Fun fact: There are more apples grown in the Granite Belt then anywhere else in the country. But far more fun, if you ask me, are the impressive array of grapes grown here.
We’ve travelled by car about three-and-a-half hours south-west from Brisbane, through spectacular Queensland countryside, to spend a long weekend in the Granite Belt. Here, straddling the western flanks of the Great Diving Range, is where arid country gives way to picturesque hillsides lined with vineyards.
Despite being located in the Sunshine State, the Granite Belt’s high altitude makes for one of Australia’s coolest grape-growing climates. Its fertile soils – predominantly decomposed granite (hence the area’s name) – are ideal for viticulture. No wonder then that this under-the-radar wine region is home to more than 50 wineries producing an array of world-class and award-winning drops.
Visitors can sample mainstream varieties such as shiraz, cabernet sauvignon, merlot, chardonnay and riesling at cellar doors throughout the region. Or, delve into the Strange Bird Wine Trail, a local initiative championing wineries producing some of the lesser-known varieties, including barbera, sangiovese, malbec, tempranillo, Durif, nero d’Avola, nebbiolo and mourvèdre in reds; in whites, chenin blanc, fiano, gewürztraminer, savagnin, vermentino, verdelho, viognier and marsanne.
There are many fabulous accommodation options spread across the Granite Belt region, including cosy cabins, eco escapes, rustic farmhouses and lovely B&Bs, all perfect for a short break away in the country.
On your way through Stanthorpe, the centre of the region, pick up some goodies from local providores to take with you to your accommodation, starting with the Amiens Road country drive loop, which winds through orchards and yields a bounty of fresh delights to fill your esky or hamper.
You’ll find Heritage Estate’s quaint Church Cellar Door & Cafe around here, where you can pick up some James Halliday five-star-rated wines, or stop in at Summit Estate Wines to try their sparkling tempranillo.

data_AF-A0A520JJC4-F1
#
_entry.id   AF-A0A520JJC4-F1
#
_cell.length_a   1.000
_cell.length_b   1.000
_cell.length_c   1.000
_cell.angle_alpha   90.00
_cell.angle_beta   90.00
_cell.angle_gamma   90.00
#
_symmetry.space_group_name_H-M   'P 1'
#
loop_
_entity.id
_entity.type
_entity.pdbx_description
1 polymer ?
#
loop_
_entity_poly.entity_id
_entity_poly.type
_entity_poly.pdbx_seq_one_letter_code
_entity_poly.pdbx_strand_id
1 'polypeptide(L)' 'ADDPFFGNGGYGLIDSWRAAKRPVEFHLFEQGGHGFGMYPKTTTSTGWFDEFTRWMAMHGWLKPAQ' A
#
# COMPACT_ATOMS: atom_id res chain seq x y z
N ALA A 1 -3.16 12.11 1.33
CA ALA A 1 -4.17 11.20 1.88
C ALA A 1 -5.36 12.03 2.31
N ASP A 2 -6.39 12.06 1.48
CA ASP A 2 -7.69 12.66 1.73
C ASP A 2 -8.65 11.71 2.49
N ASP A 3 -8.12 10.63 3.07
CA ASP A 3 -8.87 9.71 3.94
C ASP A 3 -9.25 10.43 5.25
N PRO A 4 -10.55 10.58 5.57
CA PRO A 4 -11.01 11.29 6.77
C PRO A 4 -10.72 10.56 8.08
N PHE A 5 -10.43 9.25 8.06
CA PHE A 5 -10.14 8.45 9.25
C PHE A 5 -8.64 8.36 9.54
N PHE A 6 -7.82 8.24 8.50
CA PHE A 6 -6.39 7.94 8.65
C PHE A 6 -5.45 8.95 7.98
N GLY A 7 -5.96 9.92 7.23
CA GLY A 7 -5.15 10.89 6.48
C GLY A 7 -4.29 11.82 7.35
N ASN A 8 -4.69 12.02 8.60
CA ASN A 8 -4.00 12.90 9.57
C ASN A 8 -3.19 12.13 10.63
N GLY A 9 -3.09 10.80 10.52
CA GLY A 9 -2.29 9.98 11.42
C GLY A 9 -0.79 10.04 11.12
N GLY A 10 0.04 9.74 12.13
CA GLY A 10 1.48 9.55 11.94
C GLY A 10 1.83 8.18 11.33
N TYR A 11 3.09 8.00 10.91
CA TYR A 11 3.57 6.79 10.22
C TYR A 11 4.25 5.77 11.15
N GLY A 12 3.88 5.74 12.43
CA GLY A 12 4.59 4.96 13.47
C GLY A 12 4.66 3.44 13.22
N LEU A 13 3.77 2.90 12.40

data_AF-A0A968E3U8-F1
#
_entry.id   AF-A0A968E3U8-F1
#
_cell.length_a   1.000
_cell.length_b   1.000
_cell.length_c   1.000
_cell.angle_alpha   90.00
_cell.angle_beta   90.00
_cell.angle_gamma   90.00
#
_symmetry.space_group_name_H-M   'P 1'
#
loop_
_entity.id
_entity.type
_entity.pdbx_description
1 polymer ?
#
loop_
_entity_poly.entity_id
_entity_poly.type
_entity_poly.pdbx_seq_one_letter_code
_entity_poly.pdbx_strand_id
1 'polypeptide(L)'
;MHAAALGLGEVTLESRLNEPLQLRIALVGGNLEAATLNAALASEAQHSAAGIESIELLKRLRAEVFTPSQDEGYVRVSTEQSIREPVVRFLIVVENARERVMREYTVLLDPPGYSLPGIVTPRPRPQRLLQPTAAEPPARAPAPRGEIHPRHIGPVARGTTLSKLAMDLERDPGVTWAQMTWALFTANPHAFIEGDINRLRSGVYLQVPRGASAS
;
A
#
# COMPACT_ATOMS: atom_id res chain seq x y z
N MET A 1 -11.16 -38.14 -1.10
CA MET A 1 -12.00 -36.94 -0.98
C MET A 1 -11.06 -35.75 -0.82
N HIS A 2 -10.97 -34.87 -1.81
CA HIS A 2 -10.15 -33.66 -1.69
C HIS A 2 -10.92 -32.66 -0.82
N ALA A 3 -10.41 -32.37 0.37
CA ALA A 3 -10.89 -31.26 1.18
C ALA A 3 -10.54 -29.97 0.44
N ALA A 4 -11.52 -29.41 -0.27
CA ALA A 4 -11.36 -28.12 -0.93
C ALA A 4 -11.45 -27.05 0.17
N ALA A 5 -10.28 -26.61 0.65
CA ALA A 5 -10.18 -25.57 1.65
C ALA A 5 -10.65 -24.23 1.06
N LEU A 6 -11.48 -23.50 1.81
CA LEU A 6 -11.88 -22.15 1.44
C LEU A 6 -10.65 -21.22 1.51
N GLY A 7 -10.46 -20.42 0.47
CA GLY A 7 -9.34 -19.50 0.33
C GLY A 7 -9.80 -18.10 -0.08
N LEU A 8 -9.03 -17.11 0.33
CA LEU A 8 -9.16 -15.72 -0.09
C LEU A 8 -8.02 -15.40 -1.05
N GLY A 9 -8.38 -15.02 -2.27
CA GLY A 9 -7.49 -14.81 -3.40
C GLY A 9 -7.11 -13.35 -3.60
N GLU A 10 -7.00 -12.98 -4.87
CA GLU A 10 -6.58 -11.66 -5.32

Next, be sure to swing by Stanthorpe Cheese to stock up on their delectable farmhouse cheeses and condiments to match with your wine haul. Your first night in at your home-away-from-home with a little vino, something tasty and a picturesque view out over the vineyards will slow your pace and settle you in perfectly.
With so many wineries and some charming restaurants to visit in the region, you’ll need to set aside a few days to make the most of all of them.
Ballandean Estate is Queensland’s oldest family-owned and operated winery – in other words, they know what they’re doing here. Pop in and enjoy an afternoon of wine tasting, then do as we did and stay a little longer for a meal at The Barrelroom, one of the area’s finest restaurants.
Nearby, Hidden Creek Winery Cafe and Vineyard offers fully stocked picnic baskets (complete with picnic rug), so you can find a shady spot on the lawn by the lake’s edge for a slice of country-style wining and dining. While you’re there, try the wine flight – remarkably light and dangerously palatable, we brought more than a few bottles of their chardonnay and tempranillo home with us.
Carry on a little further up the road to find another of our personal favourites, Symphony Hill Wines, to enjoy a wine tasting inside their contemporary cellar door. If you’re visiting with a small group, as we were, the barrel room here is the place to be. Savour their Strange Bird wines such as the gewürztraminer (try saying that after a couple of glasses!), or their flagship reserve shiraz (it was served to the royal couple when they visited Brisbane in 2014 – and if it’s good enough for Will and Kate, well …)
Other notable wineries include Robert Channon Wines, headed up by local winemaking royalty Robert Channon, the ‘King of the verdelho’ (and equally renowned for excellent chardonnay); and Ravens Croft Wines Estate, where winemaker Mark Ravenscroft not only grows the grapes but often personally pours your glass at the cellar door. There’s also a plethora of impressive boutique wineries to explore, like Pyramids Road Wines, which borders the boulder-strewn landscape of Girraween National Park.
Our tip? Consider joining one of the local wine tours to mix and match their itineraries and make the most of the wineries and attractions of your choice, without having to organise a designated driver!
Words: Natalie Bannister | Images: Courtesy Queensland Tourism & Events